Both actresses attended the Spence School in New York City
On Wednesday’s episode of The Ellen DeGeneres Show, Washington, 42, revealed that she and Paltrow — who both attended the all-girls Spence School in New York City growing up — once acted together in a production of Shakespeare’s A Midsummer Night’s Dream.
“I don’t know how I’ve known you for as long as I have and you haven’t mentioned that you went to school with Gwyneth Paltrow. Were you friends with Gwyneth growing up?” host Ellen DeGeneres asked her guest.
Washington explained that she and Paltrow, 47, were a few years apart in school.
“In high school, a few years difference makes a big deal,” the American Son actress said. “So, I’m not trying to say that she’s older than me, but she’s a little bit older than me.”
“She was a senior when I was in junior high school,” Washington added. “Even back then, she was Gwyneth Paltrow.”
The Scandal star added that Paltrow, who later went on to win an Oscar for her role in 1998’s Shakespeare in Love, had the lead part in the school’s Shakespeare adaptation.
“We actually did one play together — because she was the queen, of course, in Midsummer Night’s Dream, and I was one of the fairies,” Washington revealed. “The middle schoolers were allowed to audition for the fairies.”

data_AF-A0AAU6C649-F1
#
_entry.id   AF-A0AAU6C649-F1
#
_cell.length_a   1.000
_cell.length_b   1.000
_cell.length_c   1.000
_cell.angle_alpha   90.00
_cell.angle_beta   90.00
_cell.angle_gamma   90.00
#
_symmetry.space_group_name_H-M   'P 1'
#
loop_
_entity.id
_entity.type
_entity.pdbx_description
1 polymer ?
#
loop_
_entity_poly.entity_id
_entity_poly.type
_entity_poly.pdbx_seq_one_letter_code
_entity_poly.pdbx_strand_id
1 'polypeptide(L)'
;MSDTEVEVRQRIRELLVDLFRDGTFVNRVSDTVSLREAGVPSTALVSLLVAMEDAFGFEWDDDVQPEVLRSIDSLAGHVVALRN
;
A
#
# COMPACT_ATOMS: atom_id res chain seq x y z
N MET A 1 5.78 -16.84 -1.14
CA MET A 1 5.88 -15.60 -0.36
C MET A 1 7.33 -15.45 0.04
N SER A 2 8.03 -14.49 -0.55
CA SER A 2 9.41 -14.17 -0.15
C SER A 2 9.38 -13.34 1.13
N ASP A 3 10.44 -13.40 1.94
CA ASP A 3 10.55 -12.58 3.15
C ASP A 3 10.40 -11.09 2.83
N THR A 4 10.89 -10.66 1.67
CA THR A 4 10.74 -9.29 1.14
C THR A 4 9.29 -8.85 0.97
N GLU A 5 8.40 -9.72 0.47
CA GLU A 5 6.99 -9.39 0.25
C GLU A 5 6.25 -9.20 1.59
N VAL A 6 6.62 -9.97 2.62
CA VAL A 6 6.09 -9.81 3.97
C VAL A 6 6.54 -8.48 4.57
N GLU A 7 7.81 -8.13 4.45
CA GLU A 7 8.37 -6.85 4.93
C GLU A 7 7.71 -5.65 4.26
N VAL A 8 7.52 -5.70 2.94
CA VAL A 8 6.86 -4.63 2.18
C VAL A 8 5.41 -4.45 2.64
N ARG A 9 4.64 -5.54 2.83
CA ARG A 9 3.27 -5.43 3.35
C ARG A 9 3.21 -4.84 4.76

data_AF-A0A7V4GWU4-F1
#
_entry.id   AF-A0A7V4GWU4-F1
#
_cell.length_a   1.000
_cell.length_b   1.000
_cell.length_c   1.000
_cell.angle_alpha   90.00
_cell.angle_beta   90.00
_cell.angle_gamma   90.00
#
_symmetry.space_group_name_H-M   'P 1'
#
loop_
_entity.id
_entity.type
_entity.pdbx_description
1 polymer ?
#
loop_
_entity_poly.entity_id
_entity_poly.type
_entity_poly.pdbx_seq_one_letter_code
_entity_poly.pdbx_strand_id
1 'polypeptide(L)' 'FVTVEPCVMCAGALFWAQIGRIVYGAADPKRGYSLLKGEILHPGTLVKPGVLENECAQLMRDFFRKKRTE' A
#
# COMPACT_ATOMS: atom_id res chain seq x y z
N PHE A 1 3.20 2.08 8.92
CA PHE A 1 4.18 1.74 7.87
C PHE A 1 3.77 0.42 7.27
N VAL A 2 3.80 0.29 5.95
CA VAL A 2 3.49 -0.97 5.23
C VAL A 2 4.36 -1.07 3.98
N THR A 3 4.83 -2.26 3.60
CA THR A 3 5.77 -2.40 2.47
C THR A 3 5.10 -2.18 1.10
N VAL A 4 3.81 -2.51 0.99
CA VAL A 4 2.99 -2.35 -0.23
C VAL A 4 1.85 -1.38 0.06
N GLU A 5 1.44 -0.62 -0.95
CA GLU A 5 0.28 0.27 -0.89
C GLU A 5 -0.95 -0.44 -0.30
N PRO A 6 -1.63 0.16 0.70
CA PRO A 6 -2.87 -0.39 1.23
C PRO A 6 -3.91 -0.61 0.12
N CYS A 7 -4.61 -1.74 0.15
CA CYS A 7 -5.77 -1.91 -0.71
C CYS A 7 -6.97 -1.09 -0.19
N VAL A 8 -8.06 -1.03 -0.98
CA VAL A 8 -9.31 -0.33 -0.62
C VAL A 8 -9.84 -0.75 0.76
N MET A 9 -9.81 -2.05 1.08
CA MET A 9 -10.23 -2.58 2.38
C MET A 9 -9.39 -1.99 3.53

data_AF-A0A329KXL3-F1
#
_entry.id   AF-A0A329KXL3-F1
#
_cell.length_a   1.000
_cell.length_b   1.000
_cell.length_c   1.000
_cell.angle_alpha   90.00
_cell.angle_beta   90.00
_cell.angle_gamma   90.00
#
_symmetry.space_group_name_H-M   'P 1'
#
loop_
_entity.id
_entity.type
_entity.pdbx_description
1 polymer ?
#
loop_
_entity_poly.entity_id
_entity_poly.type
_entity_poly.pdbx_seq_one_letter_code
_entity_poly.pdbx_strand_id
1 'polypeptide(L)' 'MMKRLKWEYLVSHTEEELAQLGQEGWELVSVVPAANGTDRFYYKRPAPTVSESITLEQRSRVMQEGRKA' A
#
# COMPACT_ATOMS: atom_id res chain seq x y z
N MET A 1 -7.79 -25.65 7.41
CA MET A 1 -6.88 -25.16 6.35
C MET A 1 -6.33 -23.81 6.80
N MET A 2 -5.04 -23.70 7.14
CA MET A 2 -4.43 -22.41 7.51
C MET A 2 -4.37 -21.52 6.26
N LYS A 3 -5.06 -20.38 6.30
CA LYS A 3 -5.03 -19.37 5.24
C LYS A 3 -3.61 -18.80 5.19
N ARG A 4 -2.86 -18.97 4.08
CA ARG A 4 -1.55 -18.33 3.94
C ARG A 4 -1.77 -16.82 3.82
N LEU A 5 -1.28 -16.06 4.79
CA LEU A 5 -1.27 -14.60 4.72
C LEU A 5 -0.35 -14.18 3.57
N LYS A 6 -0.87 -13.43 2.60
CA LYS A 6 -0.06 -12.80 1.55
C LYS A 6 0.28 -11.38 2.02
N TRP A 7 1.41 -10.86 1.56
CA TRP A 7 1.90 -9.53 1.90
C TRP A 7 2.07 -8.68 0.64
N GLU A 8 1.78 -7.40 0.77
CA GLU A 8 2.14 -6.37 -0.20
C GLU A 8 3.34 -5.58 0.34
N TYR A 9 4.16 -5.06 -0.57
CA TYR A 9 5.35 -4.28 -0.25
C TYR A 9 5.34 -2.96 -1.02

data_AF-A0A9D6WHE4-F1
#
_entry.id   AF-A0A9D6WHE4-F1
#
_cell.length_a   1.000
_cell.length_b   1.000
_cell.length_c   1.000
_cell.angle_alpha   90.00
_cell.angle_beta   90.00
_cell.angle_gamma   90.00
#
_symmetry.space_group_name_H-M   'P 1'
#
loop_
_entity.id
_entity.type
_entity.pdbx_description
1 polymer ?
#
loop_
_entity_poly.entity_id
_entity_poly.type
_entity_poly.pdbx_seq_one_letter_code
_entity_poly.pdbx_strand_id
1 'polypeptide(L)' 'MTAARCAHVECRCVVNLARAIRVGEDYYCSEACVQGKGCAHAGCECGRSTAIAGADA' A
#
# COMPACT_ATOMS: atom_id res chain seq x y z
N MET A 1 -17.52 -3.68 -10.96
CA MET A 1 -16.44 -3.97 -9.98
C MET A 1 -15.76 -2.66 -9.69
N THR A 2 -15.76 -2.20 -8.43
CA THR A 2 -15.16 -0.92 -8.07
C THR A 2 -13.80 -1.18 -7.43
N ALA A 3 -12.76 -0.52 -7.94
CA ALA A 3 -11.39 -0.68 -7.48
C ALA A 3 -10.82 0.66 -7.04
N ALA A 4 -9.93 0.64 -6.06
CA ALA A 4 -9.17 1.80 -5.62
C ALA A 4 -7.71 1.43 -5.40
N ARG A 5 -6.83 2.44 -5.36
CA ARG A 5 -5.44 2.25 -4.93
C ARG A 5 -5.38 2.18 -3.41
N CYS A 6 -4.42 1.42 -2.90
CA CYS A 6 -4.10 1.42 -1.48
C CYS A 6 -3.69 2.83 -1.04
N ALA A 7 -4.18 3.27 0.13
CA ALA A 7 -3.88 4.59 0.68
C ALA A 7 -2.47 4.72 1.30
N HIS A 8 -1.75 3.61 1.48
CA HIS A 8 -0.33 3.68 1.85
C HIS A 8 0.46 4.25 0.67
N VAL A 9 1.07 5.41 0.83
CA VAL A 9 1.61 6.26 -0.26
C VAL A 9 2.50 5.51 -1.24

“So, we had one amazing show together,” Washington said.
Last month, Washington and Paltrow reunited during a live taping of the actress’ Goop podcast — and Paltrow shared her own memories of meeting Washington in high school.
“This is so surreal,” the actress said. “I was a senior in high school, and Kerry was in eighth grade … I was in an acapella singing group called ‘Triple Trio’ … We were holding auditions because a bunch of us were graduating and in walks Kerry Washington. This beautiful eighth-grader comes in so confident, in front of all these seniors. She opened her mouth and the most exquisite voice came out of this eighth-grader.”
“Gwyneth was always cool,” Washington added, laughing. “I so remember … By junior, senior year — absolutely.”